In the study “Predicting flow at work: Investigating the activities and job characteristics that predict flow states at work”, Karina Nielsen and Bryan Cleal used a 9-item flow scale to examine predictors of flow at two levels: activity level (such as brainstorming, problem solving, and evaluation) and at a more stable level (such as role clarity, influence, and cognitive demands). They found that activities such as planning, problem solving, and evaluation predicted transient flow states, but that more stable job characteristics were not found to predict flow at work. This study can help us identify which task at work can be cultivated and emphasized in order to help employees experience flow on the job. In her article in Positive Psychology News Daily, Kathryn Britton examines the importance of experiencing flow in the workplace beyond the individual benefits it creates. She writes:
“Flow isn’t just valuable to individuals; it also contributes to organizational goals. For example, frequent experiences of flow at work lead to higher productivity, innovation, and employee development (Csikszentmihályi, 1991, 2004). So finding ways to increase the frequency of flow experiences can be one way for people to work together to increase the effectiveness of their workplaces.”
Books by Csikszentmihályi suggest that enhancing the time spent in flow makes our lives more happy and successful. Flow experiences are predicted to lead to positive affect as well as to better performance. For example, delinquent behaviour was reduced in adolescents after two years of enhancing flow through activities.
People who have experienced flow, describe the following feelings:
- Completely involved in what we are doing – focused, concentrated.
- A sense of ecstasy – of being outside everyday reality.
- Great inner clarity – knowing what needs to be done, and how well we are doing.
- Knowing that the activity is doable – that our skills are adequate to the task.
- A sense of serenity – no worries about oneself, and a feeling of growing beyond the boundaries of the ego.
- Timelessness – thoroughly focused on the present, hours seem to pass by the minute.
- Intrinsic motivation – whatever produces flow becomes its own reward.
However, further empirical evidence is required to substantiate these preliminary indications, as flow researchers continue to explore the problem of how to directly investigate causal consequences of flow experiences using modern scientific instrumentation to observe the neuro-physiological correlates of the flow state.
Positive Affect and Life Satisfaction
Flow is an innately positive experience; it is known to “produce intense feelings of enjoyment”. An experience that is so enjoyable should lead to positive affect and happiness in the long run. Also, Csikszentmihályi stated that happiness is derived from personal development and growth – and flow situations permit the experience of personal development.
Several studies found that flow experiences and positive affect go hand in hand, and that challenges and skills above the individual’s average foster positive affect. However, the causal processes underlying those relationships remain unclear at present.
Performance and Learning
Flow experiences imply a growth principle. When one is in a flow state, they are working to master the activity at hand. To maintain that flow state, one must seek increasingly greater challenges. Attempting these new, difficult challenges stretches one’s skills. One emerges from such a flow experience with a bit of personal growth and great “feelings of competence and efficacy”. By increasing time spent in flow, intrinsic motivation and self-directed learning also increases.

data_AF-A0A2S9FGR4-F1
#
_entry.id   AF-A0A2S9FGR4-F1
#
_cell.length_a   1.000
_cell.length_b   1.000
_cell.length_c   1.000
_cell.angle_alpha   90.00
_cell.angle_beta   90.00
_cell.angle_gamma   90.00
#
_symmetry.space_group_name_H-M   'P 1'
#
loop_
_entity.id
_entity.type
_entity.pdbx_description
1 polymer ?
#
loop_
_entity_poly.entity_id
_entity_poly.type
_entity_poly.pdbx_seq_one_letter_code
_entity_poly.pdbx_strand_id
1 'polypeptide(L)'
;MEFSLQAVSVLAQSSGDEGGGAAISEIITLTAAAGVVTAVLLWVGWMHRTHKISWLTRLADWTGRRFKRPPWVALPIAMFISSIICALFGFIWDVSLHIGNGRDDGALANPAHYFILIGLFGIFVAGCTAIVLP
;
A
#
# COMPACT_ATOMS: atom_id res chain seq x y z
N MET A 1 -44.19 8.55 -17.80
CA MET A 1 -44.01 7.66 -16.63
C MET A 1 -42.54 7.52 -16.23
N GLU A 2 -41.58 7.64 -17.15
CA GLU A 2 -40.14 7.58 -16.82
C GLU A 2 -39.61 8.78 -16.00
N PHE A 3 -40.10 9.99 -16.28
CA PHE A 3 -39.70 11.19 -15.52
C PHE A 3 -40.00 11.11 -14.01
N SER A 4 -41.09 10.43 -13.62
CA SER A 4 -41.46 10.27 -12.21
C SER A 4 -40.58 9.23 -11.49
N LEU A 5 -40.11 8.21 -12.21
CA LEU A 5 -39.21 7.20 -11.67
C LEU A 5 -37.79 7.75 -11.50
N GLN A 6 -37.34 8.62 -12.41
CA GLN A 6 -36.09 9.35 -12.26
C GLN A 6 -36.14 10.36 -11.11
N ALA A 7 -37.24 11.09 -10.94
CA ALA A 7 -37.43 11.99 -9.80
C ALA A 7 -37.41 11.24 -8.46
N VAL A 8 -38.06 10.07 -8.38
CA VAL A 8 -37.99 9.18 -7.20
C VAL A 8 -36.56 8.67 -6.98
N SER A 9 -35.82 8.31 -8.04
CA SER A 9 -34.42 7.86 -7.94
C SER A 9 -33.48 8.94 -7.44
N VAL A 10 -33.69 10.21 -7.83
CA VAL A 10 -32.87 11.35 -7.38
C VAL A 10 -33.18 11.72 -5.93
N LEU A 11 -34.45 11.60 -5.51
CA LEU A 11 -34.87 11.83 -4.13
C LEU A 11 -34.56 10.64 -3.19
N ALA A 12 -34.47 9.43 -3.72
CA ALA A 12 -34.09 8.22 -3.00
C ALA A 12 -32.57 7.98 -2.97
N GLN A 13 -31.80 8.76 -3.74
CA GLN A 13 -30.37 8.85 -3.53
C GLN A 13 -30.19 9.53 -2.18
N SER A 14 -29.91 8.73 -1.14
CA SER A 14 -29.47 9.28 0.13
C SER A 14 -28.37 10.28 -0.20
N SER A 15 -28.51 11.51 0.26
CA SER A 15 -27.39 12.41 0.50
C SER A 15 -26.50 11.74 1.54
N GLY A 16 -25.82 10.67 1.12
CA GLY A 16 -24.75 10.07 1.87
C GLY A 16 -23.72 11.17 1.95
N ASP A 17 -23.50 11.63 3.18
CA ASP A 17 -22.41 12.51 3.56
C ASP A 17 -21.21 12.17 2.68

Flow has a documented correlation with high performance in the fields of artistic and scientific creativity, teaching, learning, and sports.
Flow has been linked to persistence and achievement in activities while also helping to lower anxiety during various activities and raise self-esteem.
However, evidence regarding better performance in flow situations is mixed. For sure, the association between the two is a reciprocal one. That is, flow experiences may foster better performance but, on the other hand, good performance makes flow experiences more likely. Results of a longitudinal study in the academic context indicate that the causal effect of flow on performance is only of small magnitude and the strong relationship between the two is driven by an effect of performance on flow. In the long run, flow experiences in a specific activity may lead to higher performance in that activity as flow is positively correlated with a higher subsequent motivation to perform and to perform well.
Csikszentmihályi writes about the dangers of flow himself:
…enjoyable activities that produce flow have a potentially negative effect: while they are capable of improving the quality of existence by creating order in the mind, they can become addictive, at which point the self becomes captive of a certain kind of order, and is then unwilling to cope with the ambiguities of life.
Further, he writes:
The flow experience, like everything else, is not “good” in an absolute sense. It is good only in that it has the potential to make life more rich, intense, and meaningful; it is good because it increases the strengths and complexity of the self. But whether the consequence of any particular instance of flow is good in a larger sense needs to be discussed and evaluated in terms of more inclusive social criteria.
Keller and Landhäußer (2012, p.56) advocate for a flow intensity model because many models of flow have trouble predicting the intensity of flow experiences that can occur under various circumstances where skill and task demands fit together to produce flow.
Cowley et al. found that because self-reported flow happens after-the-fact, it does not really capture the aspect of flow that happens in the moment. Furthermore, that aspect of flow is prone to change, so the self-reported experience of flow cannot be trusted as much.
Cameron et al. found that there is not a lot of information on group flow, and this may be hindering development in managerial and theoretical contributions.
Cameron et al. proposed a research program that focuses on how group flow is different from individual flow, and how group flow affects group performance. These ideas will address some of the issues in group flow research such as poor data collection and interpretation.
Sridhar & Lyngdoh suggested that research should investigate how mobility affects the ethical performance of sales professionals. Furthermore, there should be longitudinal studies done in various fields to understand the ethical implications of flow in sales.
From their study, Chen et al. found that there needs to be more research done on how competition affects game-based learning.
Linden et al. suggest that a neuroscientific model of flow would lead to new research questions that would guide future discoveries, experiments, and less obvious questions.
Thissen et al. propose that more research is recommended in 2020 to understand how traffic affects fiction reading for all types of readers.